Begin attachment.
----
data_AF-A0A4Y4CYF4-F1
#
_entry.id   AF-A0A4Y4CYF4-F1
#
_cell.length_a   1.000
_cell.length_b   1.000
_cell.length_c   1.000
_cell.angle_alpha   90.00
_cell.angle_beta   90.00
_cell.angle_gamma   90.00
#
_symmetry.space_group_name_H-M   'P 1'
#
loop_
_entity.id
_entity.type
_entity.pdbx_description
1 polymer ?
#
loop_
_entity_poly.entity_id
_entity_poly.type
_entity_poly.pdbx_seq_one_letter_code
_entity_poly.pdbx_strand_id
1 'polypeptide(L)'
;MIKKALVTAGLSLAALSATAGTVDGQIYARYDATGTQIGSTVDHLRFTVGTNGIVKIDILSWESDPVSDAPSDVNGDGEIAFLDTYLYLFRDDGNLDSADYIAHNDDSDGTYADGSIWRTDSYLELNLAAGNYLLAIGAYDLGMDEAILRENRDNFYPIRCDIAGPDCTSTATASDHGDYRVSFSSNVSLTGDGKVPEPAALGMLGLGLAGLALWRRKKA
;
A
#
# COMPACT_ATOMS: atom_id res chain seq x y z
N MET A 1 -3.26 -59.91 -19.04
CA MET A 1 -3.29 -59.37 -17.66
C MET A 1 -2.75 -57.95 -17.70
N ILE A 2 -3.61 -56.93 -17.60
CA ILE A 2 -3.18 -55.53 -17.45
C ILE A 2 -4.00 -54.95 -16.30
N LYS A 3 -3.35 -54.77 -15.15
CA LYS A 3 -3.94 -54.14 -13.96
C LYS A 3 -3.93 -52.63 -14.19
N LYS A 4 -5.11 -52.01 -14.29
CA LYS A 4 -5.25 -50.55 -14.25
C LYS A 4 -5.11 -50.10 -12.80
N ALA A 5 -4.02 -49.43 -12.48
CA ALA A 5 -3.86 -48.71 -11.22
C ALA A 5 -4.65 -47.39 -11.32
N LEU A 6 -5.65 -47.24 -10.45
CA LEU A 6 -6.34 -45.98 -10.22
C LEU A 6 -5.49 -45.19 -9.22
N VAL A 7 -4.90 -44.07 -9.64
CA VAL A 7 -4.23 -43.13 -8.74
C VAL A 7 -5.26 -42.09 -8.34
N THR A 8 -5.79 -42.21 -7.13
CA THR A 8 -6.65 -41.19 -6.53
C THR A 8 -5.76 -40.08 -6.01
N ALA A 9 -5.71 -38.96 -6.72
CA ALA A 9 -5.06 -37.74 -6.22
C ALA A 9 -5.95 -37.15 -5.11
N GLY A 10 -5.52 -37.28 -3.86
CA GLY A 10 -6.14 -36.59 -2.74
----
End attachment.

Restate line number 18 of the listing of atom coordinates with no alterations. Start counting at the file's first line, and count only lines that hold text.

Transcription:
1 polymer ?